CHWs will receive supervision both at the local study site level and at the overall project level. Each site PI will meet with their respective CHWs a minimum of once per month; for the remaining weeks, site coordinators will meet with CHWs weekly for caseload updates, communicate with CHWs regarding subject HbF progress, information that may trigger clinical or social worker contact (e.g., turmoil in the home, missed school due to recurring disease symptoms or truancy), and to review all CHW visit forms and automated text messaging reports. In addition, the principal investigators at the Columbia site will lead monthly CHW group supervision sessions delivered via webinar for all CHWs to reinforce training components and ongoing case supervision. CHWs will share their experiences in delivering the intervention to enable all CHWs to learn from the collective experiences.
Intervention fidelity will be assured through a structured intervention protocol, ongoing CHW supervision by site principal investigators (PIs) and study coordinators, and monthly communication with program PIs. The HABIT operations manual contains CHW encounter forms to structure and document the content of each scheduled encounter, monthly schedules and objectives to guide family discussion, key messages to promote HU adherence and youth-parent self-management partnership, exemplars of cues for text messaging reminders, and information for families on SCD and HU to be reviewed with dyads. CHW delivery of intervention and completed visit forms will be reviewed weekly during supervision. Feedback and guidance will be provided to CHWs for each dyad. Monthly conference calls will be held for coordinators and for site PIs to oversee enrollment schedules, scheduling and logistics of home visits, obtaining pharmacy refill data, study procedures and to problem-solve, as needed. To assure validity of HbF values, the subject’s transfusion history will be reviewed during each coordinator call. Levels will be discarded if the subject had been transfused within the preceding 90 days, per standard HU protocols .
Medication adherence, the primary outcome, will be measured as distance from Personal Best HbF (biomarker) and proportion of days when HU was available (pharmacy records). Secondary outcomes will be parent and youth self-report of generic (PedsQL ) and disease-specific (PedsQL sickle cell disease module ) HRQOL, greater self-management responsibility concordance (Sickle Cell Family Responsibility, a measure based on the Diabetes Family Responsibility Questionnaire [44, 85]) and improved health status. Improved health status will be measured by electronic medical record documentation of SCD related acute hospitalizations and emergency room use and parent and youth self-report of youth fatigue, pain interference and pain intensity.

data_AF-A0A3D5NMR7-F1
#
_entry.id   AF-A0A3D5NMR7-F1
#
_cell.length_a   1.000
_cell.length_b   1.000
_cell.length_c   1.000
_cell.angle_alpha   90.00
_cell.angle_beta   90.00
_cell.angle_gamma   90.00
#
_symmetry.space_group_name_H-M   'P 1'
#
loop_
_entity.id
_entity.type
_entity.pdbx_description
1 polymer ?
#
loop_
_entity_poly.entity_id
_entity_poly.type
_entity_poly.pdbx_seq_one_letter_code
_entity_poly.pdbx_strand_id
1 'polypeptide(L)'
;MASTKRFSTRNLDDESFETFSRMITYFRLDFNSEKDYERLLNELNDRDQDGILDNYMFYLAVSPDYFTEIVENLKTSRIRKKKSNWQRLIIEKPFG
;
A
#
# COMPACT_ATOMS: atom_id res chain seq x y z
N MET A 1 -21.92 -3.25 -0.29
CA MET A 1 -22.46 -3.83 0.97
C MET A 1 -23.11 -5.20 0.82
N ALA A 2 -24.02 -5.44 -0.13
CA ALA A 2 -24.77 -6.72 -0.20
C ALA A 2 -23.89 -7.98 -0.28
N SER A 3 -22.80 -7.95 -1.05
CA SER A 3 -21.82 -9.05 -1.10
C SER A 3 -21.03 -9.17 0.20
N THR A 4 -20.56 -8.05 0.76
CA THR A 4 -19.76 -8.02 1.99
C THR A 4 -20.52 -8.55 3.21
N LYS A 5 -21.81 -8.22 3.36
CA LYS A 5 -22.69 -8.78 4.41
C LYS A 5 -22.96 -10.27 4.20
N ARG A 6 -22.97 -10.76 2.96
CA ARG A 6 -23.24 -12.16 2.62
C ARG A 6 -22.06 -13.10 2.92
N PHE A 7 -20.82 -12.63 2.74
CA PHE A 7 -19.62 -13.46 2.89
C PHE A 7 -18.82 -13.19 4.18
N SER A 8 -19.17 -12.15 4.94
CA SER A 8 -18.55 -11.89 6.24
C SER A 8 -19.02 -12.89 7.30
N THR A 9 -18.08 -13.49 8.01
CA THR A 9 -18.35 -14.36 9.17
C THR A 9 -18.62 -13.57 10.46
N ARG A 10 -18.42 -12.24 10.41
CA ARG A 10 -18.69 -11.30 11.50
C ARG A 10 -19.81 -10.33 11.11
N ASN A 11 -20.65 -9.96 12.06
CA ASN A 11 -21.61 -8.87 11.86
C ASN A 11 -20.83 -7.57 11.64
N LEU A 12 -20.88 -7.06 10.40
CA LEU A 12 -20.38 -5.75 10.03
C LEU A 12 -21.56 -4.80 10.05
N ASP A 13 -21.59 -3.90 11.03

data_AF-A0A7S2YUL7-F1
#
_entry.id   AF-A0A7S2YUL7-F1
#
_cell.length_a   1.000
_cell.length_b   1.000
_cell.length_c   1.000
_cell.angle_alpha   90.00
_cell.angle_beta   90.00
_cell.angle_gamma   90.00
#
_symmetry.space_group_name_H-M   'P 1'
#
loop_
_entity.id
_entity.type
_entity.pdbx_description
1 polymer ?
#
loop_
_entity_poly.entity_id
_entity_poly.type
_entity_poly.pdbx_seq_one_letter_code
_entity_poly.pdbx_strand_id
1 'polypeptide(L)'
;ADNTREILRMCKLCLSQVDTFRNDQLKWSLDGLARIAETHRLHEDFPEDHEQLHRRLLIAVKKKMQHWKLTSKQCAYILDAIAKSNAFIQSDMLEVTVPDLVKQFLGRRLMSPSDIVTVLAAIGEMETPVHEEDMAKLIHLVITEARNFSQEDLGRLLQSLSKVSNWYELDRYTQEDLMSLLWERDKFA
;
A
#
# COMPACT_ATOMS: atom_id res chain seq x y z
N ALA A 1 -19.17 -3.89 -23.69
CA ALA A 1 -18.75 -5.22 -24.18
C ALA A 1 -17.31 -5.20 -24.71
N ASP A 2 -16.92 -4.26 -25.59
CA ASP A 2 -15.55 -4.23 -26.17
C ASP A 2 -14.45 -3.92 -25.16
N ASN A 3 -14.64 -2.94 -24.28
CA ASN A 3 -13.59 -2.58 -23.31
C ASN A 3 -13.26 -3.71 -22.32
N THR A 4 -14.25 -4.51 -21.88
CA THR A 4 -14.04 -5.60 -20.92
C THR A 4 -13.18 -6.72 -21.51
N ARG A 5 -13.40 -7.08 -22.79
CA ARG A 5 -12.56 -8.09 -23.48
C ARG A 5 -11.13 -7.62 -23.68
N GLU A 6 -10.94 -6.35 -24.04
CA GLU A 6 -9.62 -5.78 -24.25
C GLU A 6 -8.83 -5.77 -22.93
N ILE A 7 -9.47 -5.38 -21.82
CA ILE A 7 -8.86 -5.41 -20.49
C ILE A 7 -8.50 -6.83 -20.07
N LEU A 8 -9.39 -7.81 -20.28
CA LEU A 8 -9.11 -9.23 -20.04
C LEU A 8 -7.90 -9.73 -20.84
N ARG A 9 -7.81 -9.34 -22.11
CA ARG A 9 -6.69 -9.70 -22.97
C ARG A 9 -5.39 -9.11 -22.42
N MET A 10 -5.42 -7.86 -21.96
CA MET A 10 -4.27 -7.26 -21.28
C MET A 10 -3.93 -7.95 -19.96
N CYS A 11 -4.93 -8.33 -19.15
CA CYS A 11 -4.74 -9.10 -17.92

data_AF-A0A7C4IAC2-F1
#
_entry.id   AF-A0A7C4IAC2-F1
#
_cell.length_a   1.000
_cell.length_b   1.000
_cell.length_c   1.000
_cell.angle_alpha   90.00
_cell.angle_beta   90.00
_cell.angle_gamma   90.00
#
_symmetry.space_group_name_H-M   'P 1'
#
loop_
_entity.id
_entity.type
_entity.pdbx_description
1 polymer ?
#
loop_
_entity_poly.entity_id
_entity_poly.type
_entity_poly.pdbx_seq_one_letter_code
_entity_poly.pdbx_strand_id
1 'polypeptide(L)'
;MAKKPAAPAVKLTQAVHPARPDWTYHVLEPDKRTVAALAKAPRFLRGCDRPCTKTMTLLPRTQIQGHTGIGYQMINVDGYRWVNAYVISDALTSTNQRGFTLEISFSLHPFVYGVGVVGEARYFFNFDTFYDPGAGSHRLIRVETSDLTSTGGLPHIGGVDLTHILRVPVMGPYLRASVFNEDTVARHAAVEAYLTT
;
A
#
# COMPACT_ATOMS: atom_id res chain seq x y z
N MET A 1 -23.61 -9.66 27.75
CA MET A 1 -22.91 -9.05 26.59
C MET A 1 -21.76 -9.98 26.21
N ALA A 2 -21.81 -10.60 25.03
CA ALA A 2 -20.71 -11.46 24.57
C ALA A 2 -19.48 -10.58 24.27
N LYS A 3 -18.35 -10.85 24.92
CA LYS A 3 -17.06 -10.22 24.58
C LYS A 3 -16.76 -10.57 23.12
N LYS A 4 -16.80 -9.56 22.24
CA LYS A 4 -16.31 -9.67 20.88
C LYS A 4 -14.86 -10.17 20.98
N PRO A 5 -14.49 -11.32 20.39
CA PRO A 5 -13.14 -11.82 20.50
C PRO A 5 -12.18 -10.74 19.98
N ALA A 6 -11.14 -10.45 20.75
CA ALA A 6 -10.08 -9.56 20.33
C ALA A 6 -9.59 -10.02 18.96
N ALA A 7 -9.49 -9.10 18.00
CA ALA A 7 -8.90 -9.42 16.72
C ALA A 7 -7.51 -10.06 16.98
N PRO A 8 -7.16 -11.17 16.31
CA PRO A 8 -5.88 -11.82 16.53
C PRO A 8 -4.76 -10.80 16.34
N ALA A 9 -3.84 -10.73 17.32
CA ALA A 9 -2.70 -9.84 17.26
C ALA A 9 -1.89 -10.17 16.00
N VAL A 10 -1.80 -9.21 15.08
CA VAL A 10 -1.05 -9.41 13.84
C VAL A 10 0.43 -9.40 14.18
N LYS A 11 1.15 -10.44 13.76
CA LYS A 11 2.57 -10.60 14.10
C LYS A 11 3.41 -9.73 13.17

Sample size and statistical power
Based on findings from the HABIT feasibility trial [53, 54], we estimated the statistical power to compare score changes from Month 0 to Months 6, and from Months 6 to 12 to test both efficacy and sustainability between the intervention and control groups using a linear mixed model. All power analyses were based on a 2-sided test and α < 0.05. We assumed that each outcome measure was highly correlated (r = 0.7) at different times and the clustering with each site was low with an intra-cluster coefficient (ICC) of 0.1. We also assumed that this study will have 4 sites and each site will meet its enrollment target. Stratified by study site, subjects will be randomly assigned 1:1 to either the intervention or control group with 20% attrition rate by the 12th month. For the difference in differences (DID) intervention efficacy analysis, there is 83.2% power to detect a medium effect size of 0.6. Statistical power was also estimated to compare the trend of score changes between the intervention and control groups from Month 0 to Month 12 for outcomes that will be measured every 2 months. For the DID analyses for intervention sustainability, there will be 85.6% power to detect a small effect size of 0.25.
Data management and analysis
Subjects will be assigned a unique identification number for direct entry of survey data via iPad to a REDCap database (http://project-redcap.org/), a web-based research application which is supported at Columbia, and stored on a CUIMC Institutional Review Board server. Clinical data obtained during study visits will be entered into a REDCap study database by study coordinators at each site. Each study site will have full access to site specific data with the lead site (Columbia) having access to de-identified data from all study sites. Data analyses will be performed using SAS version 9.4 (SAS Institute, Cary, NC).